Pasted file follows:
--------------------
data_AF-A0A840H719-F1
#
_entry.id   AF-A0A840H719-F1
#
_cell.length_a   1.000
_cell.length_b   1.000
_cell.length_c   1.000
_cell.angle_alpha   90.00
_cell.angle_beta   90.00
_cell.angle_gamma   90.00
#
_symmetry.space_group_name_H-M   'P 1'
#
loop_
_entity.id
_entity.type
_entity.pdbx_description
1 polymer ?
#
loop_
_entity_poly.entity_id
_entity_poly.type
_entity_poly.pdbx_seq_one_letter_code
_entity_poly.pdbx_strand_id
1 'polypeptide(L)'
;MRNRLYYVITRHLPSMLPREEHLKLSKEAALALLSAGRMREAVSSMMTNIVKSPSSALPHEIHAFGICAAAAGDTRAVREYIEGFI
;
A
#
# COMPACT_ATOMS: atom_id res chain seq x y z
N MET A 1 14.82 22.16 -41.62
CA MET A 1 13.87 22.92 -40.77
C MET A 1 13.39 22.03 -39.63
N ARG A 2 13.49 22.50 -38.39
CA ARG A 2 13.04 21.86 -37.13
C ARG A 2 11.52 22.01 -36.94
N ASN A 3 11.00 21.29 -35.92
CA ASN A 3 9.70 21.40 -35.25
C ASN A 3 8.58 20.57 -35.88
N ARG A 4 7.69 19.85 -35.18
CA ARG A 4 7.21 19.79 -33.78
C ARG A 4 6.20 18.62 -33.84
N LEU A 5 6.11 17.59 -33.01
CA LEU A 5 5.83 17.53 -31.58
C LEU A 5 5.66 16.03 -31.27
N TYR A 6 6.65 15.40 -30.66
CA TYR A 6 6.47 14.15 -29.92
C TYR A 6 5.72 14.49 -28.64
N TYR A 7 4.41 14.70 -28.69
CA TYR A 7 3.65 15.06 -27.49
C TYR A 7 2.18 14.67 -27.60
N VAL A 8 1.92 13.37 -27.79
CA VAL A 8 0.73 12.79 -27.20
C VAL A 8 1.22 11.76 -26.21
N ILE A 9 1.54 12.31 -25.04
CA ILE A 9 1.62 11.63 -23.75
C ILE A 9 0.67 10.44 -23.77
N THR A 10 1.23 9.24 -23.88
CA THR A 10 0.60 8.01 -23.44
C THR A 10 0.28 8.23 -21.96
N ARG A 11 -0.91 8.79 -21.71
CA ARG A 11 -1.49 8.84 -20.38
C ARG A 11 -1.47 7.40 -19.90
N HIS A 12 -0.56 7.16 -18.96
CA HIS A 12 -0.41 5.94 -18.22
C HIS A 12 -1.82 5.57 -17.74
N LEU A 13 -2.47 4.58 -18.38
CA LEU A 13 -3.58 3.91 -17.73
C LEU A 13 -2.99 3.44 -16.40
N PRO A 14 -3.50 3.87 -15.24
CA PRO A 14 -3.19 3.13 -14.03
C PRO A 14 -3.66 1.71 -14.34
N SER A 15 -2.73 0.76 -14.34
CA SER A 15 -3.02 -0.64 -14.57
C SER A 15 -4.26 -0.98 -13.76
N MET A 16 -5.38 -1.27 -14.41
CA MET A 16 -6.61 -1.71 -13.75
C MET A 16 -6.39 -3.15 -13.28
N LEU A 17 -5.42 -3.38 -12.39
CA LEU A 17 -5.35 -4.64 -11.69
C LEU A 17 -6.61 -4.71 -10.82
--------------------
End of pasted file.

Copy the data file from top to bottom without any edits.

data_AF-A0A840H719-F1
#
_entry.id   AF-A0A840H719-F1
#
_cell.length_a   1.000
_cell.length_b   1.000
_cell.length_c   1.000
_cell.angle_alpha   90.00
_cell.angle_beta   90.00
_cell.angle_gamma   90.00
#
_symmetry.space_group_name_H-M   'P 1'
#
loop_
_entity.id
_entity.type
_entity.pdbx_description
1 polymer ?
#
loop_
_entity_poly.entity_id
_entity_poly.type
_entity_poly.pdbx_seq_one_letter_code
_entity_poly.pdbx_strand_id
1 'polypeptide(L)'
;MRNRLYYVITRHLPSMLPREEHLKLSKEAALALLSAGRMREAVSSMMTNIVKSPSSALPHEIHAFGICAAAAGDTRAVREYIEGFI
;
A
#
# COMPACT_ATOMS: atom_id res chain seq x y z
N MET A 1 14.82 22.16 -41.62
CA MET A 1 13.87 22.92 -40.77
C MET A 1 13.39 22.03 -39.63
N ARG A 2 13.49 22.50 -38.39
CA ARG A 2 13.04 21.86 -37.13
C ARG A 2 11.52 22.01 -36.94
N ASN A 3 11.00 21.29 -35.92
CA ASN A 3 9.70 21.40 -35.25
C ASN A 3 8.58 20.57 -35.88
N ARG A 4 7.69 19.85 -35.18
CA ARG A 4 7.21 19.79 -33.78
C ARG A 4 6.20 18.62 -33.84
N LEU A 5 6.11 17.59 -33.01
CA LEU A 5 5.83 17.53 -31.58
C LEU A 5 5.66 16.03 -31.27
N TYR A 6 6.65 15.40 -30.66
CA TYR A 6 6.47 14.15 -29.92
C TYR A 6 5.72 14.49 -28.64
N TYR A 7 4.41 14.70 -28.69
CA TYR A 7 3.65 15.06 -27.49
C TYR A 7 2.18 14.67 -27.60
N VAL A 8 1.92 13.37 -27.79
CA VAL A 8 0.73 12.79 -27.20
C VAL A 8 1.22 11.76 -26.21
N ILE A 9 1.54 12.31 -25.04
CA ILE A 9 1.62 11.63 -23.75
C ILE A 9 0.67 10.44 -23.77
N THR A 10 1.23 9.24 -23.88
CA THR A 10 0.60 8.01 -23.44
C THR A 10 0.28 8.23 -21.96
N ARG A 11 -0.91 8.79 -21.71
CA ARG A 11 -1.49 8.84 -20.38
C ARG A 11 -1.47 7.40 -19.90
N HIS A 12 -0.56 7.16 -18.96
CA HIS A 12 -0.41 5.94 -18.22
C HIS A 12 -1.82 5.57 -17.74
N LEU A 13 -2.47 4.58 -18.38
CA LEU A 13 -3.58 3.91 -17.73
C LEU A 13 -2.99 3.44 -16.40
N PRO A 14 -3.50 3.87 -15.24
CA PRO A 14 -3.19 3.13 -14.03
C PRO A 14 -3.66 1.71 -14.34
N SER A 15 -2.73 0.76 -14.34
CA SER A 15 -3.02 -0.64 -14.57
C SER A 15 -4.26 -0.98 -13.76
N MET A 16 -5.38 -1.27 -14.41
CA MET A 16 -6.61 -1.71 -13.75
C MET A 16 -6.39 -3.15 -13.28
N LEU A 17 -5.42 -3.38 -12.39
CA LEU A 17 -5.35 -4.64 -11.69
C LEU A 17 -6.61 -4.71 -10.82